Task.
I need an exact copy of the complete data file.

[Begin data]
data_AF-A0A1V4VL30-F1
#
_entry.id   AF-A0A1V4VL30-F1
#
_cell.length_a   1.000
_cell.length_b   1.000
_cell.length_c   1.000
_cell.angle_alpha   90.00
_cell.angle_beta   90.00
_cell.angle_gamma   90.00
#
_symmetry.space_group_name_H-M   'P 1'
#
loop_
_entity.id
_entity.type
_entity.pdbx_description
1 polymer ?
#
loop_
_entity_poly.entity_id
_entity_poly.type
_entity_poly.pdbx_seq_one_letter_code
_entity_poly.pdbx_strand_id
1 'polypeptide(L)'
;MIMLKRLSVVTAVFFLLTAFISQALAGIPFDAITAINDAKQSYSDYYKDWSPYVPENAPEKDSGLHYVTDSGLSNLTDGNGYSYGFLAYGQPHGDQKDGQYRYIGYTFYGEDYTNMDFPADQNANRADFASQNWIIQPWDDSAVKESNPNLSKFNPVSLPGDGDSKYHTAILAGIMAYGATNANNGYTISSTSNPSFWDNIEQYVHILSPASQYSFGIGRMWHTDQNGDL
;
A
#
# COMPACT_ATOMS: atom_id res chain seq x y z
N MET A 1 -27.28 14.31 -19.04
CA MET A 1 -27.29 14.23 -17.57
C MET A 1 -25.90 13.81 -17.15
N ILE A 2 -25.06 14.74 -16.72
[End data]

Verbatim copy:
data_AF-A0A1V4VL30-F1
#
_entry.id   AF-A0A1V4VL30-F1
#
_cell.length_a   1.000
_cell.length_b   1.000
_cell.length_c   1.000
_cell.angle_alpha   90.00
_cell.angle_beta   90.00
_cell.angle_gamma   90.00
#
_symmetry.space_group_name_H-M   'P 1'
#
loop_
_entity.id
_entity.type
_entity.pdbx_description
1 polymer ?
#
loop_
_entity_poly.entity_id
_entity_poly.type
_entity_poly.pdbx_seq_one_letter_code
_entity_poly.pdbx_strand_id
1 'polypeptide(L)'
;MIMLKRLSVVTAVFFLLTAFISQALAGIPFDAITAINDAKQSYSDYYKDWSPYVPENAPEKDSGLHYVTDSGLSNLTDGNGYSYGFLAYGQPHGDQKDGQYRYIGYTFYGEDYTNMDFPADQNANRADFASQNWIIQPWDDSAVKESNPNLSKFNPVSLPGDGDSKYHTAILAGIMAYGATNANNGYTISSTSNPSFWDNIEQYVHILSPASQYSFGIGRMWHTDQNGDL
;
A
#
# COMPACT_ATOMS: atom_id res chain seq x y z
N MET A 1 -27.28 14.31 -19.04
CA MET A 1 -27.29 14.23 -17.57
C MET A 1 -25.90 13.81 -17.15
N ILE A 2 -25.06 14.74 -16.72